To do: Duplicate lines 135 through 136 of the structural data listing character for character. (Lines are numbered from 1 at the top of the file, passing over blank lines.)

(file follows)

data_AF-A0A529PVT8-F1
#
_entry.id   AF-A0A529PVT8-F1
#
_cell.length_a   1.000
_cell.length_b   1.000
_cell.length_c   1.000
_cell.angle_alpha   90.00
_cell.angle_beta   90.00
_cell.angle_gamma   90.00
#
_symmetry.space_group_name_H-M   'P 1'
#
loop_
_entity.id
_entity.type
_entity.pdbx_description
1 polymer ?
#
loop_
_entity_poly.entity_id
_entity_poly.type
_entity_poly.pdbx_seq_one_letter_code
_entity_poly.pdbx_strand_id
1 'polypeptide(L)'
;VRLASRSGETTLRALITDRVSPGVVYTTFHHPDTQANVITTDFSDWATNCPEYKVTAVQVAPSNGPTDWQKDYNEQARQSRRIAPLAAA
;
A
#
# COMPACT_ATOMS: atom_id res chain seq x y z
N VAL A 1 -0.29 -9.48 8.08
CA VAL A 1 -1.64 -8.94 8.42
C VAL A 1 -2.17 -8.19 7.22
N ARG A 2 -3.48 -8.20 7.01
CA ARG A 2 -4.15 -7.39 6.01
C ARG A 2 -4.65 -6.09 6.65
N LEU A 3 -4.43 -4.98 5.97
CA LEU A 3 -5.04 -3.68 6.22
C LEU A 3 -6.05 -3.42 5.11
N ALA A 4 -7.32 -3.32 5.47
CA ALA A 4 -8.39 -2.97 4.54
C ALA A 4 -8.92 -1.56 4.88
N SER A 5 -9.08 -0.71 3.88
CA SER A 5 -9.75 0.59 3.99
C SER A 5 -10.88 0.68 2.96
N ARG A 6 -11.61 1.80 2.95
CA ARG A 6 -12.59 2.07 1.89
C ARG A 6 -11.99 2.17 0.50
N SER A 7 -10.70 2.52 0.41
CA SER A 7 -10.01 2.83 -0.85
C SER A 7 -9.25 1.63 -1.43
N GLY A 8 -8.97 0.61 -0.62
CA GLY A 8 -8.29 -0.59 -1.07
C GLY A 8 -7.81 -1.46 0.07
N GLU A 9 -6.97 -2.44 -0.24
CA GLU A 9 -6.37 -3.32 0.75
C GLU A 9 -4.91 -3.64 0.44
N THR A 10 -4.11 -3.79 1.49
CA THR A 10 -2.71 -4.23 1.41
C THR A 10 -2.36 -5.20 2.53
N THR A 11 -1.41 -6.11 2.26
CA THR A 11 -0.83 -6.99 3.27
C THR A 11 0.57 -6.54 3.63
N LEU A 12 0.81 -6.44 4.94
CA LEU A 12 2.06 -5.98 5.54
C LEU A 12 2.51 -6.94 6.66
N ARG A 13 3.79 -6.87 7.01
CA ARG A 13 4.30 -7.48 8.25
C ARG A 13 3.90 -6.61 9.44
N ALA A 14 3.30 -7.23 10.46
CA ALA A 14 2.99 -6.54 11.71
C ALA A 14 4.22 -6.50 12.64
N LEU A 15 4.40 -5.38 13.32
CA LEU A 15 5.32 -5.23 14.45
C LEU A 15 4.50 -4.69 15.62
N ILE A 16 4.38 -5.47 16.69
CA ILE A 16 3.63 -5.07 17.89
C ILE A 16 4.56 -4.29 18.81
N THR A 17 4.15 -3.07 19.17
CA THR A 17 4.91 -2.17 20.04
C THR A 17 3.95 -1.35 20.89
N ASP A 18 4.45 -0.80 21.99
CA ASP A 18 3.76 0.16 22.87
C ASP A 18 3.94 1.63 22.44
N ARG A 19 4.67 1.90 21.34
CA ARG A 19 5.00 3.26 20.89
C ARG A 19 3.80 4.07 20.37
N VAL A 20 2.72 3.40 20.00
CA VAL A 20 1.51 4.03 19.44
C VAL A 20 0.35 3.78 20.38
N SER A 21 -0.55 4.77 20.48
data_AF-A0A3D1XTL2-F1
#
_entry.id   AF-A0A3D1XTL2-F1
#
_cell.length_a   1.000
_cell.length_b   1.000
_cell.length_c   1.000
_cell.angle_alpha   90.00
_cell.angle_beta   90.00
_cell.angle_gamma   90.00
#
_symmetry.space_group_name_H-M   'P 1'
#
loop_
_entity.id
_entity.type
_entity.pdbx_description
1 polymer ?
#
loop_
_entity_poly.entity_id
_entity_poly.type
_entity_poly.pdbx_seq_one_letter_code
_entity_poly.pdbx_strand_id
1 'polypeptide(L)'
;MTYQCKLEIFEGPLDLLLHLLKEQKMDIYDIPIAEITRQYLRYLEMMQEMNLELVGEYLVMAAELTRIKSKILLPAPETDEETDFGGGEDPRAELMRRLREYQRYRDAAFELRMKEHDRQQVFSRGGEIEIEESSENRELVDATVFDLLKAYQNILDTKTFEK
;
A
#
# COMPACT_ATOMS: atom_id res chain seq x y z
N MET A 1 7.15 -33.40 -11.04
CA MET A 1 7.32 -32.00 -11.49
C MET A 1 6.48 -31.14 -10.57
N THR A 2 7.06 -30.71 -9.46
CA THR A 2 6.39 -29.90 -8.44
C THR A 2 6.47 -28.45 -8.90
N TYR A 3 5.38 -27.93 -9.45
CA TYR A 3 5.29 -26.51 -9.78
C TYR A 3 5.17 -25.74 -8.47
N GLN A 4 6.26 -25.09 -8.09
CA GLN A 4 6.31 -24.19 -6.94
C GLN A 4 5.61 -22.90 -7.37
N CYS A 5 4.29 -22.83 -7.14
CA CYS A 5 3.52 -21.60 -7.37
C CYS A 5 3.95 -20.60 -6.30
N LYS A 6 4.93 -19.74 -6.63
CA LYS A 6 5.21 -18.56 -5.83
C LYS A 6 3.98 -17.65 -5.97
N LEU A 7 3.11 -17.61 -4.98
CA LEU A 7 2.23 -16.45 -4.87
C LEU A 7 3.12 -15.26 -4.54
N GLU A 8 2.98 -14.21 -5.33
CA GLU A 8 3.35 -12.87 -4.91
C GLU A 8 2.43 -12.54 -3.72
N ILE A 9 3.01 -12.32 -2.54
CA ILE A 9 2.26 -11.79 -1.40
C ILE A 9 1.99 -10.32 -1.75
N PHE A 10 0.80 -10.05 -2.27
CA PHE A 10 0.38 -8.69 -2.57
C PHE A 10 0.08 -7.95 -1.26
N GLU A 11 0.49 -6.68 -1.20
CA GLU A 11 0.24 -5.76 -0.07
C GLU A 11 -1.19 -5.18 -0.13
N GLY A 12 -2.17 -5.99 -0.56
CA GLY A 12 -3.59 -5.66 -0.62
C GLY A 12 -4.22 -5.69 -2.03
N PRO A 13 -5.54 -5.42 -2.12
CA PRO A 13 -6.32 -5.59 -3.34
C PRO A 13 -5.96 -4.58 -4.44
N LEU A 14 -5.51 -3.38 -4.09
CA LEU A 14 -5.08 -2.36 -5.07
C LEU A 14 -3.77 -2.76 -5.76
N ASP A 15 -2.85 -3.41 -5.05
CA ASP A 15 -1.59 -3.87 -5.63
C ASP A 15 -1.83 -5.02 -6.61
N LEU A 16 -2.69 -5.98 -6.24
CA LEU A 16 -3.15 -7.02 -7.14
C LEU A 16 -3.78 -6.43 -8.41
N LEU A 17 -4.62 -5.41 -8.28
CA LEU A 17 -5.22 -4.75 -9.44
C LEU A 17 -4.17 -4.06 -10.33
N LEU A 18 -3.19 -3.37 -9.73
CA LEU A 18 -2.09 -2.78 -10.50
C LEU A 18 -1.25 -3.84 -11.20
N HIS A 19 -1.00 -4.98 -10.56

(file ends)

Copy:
CA CYS A 5 3.52 -21.60 -7.37
C CYS A 5 3.95 -20.60 -6.30